38. Oh jeez, I thought I was just a weirdo for enjoying collecting the plastic more than actually playing the games lol

  39. Yeah and no. A standardised system for some but not across the board. I'd say there's a market for both. Sometimes new neat mechanics like blocking with attack rolls in Dungeon Run can be its best feature.

  40. I think there are a lot of examples of game systems that get re-used a lot, especially if you are willing to step outside of your comfort zone a bit as far as genre. The Richard Borg "Memoir 44" system for example has about a dozen different games that use the same system, each individual game with tons of expansions. Historical wargaming has a lot of conventions you see over and over, such as Combat Resolution Tables, Terrain Effects Charts, Zone of Control, and tons of concepts that are shared. Miniatures skirmish games share a lot of rules systems for movement, line of sight, cover, model activations, etc. Euro games share tons of mechanical conventions like worker placement, auctions, card drafting, resource management and conversion, etc.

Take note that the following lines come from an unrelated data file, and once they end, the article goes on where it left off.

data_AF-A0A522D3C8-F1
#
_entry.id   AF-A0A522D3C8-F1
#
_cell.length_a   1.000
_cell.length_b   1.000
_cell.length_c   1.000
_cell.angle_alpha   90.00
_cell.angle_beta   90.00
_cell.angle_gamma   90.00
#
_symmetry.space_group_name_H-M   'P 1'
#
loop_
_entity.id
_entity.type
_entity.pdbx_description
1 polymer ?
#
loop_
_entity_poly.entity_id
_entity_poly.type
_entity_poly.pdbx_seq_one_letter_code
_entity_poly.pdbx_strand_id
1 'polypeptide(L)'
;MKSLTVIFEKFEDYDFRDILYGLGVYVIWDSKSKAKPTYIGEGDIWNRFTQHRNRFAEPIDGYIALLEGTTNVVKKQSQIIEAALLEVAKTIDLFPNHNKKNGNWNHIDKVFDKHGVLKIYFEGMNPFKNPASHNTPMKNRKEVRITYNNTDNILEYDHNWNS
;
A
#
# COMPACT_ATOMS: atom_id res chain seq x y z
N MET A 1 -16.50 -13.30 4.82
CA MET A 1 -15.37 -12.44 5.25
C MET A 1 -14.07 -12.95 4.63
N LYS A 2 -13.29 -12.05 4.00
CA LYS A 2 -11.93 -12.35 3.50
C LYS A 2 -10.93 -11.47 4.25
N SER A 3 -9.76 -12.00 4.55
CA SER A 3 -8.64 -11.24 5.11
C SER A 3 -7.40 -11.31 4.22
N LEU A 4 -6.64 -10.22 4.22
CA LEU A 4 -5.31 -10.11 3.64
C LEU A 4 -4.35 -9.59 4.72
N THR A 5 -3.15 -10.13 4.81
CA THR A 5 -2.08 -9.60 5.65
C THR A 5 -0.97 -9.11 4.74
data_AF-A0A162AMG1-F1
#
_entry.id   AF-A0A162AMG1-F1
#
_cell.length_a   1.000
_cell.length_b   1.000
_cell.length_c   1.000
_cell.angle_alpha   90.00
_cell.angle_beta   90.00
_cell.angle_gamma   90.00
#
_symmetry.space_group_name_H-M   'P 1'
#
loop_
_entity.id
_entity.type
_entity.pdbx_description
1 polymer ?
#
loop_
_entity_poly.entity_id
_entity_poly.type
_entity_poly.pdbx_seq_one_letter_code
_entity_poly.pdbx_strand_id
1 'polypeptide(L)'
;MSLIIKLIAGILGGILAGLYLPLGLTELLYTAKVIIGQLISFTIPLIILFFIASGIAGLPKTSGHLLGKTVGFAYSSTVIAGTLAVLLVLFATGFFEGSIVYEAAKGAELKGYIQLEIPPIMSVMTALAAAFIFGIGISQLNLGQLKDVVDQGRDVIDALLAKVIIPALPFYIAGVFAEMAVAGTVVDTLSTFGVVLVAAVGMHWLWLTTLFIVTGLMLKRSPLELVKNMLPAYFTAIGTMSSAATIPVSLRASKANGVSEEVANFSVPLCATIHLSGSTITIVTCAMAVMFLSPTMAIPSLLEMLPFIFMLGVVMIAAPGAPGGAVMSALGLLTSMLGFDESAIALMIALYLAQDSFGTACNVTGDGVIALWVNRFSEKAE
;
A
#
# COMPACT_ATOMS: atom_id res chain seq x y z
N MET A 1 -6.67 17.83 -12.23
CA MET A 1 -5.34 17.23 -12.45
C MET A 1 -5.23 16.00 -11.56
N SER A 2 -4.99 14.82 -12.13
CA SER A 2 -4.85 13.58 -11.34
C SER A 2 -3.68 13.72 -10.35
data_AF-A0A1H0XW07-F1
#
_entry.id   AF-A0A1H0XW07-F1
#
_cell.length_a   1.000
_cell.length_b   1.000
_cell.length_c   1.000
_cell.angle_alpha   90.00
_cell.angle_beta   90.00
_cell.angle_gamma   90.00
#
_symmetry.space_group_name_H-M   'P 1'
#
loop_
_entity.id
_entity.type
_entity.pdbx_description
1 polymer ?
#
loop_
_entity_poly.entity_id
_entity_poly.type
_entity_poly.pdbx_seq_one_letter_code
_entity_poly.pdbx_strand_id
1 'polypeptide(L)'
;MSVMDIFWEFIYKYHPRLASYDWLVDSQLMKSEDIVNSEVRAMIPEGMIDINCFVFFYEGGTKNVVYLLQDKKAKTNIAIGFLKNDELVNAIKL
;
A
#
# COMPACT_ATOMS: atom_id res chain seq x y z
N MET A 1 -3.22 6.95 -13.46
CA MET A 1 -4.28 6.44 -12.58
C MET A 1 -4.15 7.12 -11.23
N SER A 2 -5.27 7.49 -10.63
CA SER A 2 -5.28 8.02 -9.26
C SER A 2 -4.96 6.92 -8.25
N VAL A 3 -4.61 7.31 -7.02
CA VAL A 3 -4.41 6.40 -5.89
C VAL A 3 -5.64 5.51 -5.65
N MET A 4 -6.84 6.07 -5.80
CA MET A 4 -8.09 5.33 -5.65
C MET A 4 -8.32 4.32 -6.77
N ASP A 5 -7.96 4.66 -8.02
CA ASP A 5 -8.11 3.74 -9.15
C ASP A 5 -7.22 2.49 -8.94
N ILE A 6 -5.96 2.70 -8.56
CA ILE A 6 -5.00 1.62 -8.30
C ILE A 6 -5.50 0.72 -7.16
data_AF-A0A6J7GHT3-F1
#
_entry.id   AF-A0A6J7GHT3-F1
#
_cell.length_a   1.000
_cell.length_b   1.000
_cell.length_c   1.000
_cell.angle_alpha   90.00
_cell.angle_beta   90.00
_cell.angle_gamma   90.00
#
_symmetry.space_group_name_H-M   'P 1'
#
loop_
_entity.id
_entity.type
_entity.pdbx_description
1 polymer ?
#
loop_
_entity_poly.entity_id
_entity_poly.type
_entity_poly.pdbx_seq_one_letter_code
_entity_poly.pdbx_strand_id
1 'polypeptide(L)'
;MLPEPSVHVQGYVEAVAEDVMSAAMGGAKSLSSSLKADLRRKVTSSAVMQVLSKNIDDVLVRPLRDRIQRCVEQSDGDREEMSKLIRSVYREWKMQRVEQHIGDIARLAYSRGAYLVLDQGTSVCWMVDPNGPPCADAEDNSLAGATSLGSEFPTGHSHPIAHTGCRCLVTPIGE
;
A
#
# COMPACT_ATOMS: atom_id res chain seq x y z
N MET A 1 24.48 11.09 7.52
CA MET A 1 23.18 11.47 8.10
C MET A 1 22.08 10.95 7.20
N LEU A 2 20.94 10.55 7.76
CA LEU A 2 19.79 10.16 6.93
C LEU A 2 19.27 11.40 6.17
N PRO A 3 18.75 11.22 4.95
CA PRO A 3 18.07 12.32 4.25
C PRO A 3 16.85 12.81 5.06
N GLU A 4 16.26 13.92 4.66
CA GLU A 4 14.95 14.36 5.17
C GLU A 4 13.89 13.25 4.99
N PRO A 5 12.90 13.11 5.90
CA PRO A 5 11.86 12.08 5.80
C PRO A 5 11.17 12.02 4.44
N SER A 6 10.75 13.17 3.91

I'd also push back a bit that gamers don't find rules memorable. It's very common for euro gamers and abstract gamers to describe rules mechanisms as their favorite elements of their favorite games. Puzzle solving, and novel ways for players to interact with one another is a really big part of what a lot of people enjoy about games.

    I think the ultimate answer to the question of why aren't games more similar is simply that such a reality isn't largely in demand from consumers. Designers create new games with novel unique rules largely because consumers want them.

  41. Whoa! Great cast Daniel. Love this video and your thoughts about board gaming.